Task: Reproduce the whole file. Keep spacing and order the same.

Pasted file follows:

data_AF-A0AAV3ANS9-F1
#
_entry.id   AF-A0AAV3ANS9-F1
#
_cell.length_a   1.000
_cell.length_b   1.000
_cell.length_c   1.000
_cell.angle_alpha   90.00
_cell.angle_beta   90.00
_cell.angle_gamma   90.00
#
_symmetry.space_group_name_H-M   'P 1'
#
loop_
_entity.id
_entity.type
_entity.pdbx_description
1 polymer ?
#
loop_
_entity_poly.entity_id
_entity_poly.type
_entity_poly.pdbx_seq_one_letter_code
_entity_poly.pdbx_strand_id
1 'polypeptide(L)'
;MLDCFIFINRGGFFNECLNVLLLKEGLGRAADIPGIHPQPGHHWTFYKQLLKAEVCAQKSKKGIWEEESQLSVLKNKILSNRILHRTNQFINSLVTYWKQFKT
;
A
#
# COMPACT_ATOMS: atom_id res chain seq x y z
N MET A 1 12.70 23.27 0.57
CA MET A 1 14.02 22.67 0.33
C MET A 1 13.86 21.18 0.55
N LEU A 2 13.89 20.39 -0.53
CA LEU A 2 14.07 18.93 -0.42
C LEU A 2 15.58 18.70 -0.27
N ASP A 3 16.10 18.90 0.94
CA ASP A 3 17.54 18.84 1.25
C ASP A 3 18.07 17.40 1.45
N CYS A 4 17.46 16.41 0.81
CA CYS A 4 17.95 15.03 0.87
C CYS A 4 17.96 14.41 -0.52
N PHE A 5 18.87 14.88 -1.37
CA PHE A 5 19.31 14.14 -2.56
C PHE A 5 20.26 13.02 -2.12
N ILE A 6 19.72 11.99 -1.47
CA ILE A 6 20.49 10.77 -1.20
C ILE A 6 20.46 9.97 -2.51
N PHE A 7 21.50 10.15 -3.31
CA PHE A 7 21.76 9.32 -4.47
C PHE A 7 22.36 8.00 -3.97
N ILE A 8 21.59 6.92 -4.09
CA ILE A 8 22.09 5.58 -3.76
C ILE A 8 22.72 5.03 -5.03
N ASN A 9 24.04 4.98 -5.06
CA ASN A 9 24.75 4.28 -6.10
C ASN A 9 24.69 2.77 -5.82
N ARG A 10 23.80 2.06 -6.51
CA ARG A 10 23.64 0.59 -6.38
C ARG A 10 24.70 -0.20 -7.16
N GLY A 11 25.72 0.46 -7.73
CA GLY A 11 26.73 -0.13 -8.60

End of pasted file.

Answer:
data_AF-A0AAV3ANS9-F1
#
_entry.id   AF-A0AAV3ANS9-F1
#
_cell.length_a   1.000
_cell.length_b   1.000
_cell.length_c   1.000
_cell.angle_alpha   90.00
_cell.angle_beta   90.00
_cell.angle_gamma   90.00
#
_symmetry.space_group_name_H-M   'P 1'
#
loop_
_entity.id
_entity.type
_entity.pdbx_description
1 polymer ?
#
loop_
_entity_poly.entity_id
_entity_poly.type
_entity_poly.pdbx_seq_one_letter_code
_entity_poly.pdbx_strand_id
1 'polypeptide(L)'
;MLDCFIFINRGGFFNECLNVLLLKEGLGRAADIPGIHPQPGHHWTFYKQLLKAEVCAQKSKKGIWEEESQLSVLKNKILSNRILHRTNQFINSLVTYWKQFKT
;
A
#
# COMPACT_ATOMS: atom_id res chain seq x y z
N MET A 1 12.70 23.27 0.57
CA MET A 1 14.02 22.67 0.33
C MET A 1 13.86 21.18 0.55
N LEU A 2 13.89 20.39 -0.53
CA LEU A 2 14.07 18.93 -0.42
C LEU A 2 15.58 18.70 -0.27
N ASP A 3 16.10 18.90 0.94
CA ASP A 3 17.54 18.84 1.25
C ASP A 3 18.07 17.40 1.45
N CYS A 4 17.46 16.41 0.81
CA CYS A 4 17.95 15.03 0.87
C CYS A 4 17.96 14.41 -0.52
N PHE A 5 18.87 14.88 -1.37
CA PHE A 5 19.31 14.14 -2.56
C PHE A 5 20.26 13.02 -2.12
N ILE A 6 19.72 11.99 -1.47
CA ILE A 6 20.49 10.77 -1.20
C ILE A 6 20.46 9.97 -2.51
N PHE A 7 21.50 10.15 -3.31
CA PHE A 7 21.76 9.32 -4.47
C PHE A 7 22.36 8.00 -3.97
N ILE A 8 21.59 6.92 -4.09
CA ILE A 8 22.09 5.58 -3.76
C ILE A 8 22.72 5.03 -5.03
N ASN A 9 24.04 4.98 -5.06
CA ASN A 9 24.75 4.28 -6.10
C ASN A 9 24.69 2.77 -5.82
N ARG A 10 23.80 2.06 -6.51
CA ARG A 10 23.64 0.59 -6.38
C ARG A 10 24.70 -0.20 -7.16
N GLY A 11 25.72 0.46 -7.73
CA GLY A 11 26.73 -0.13 -8.60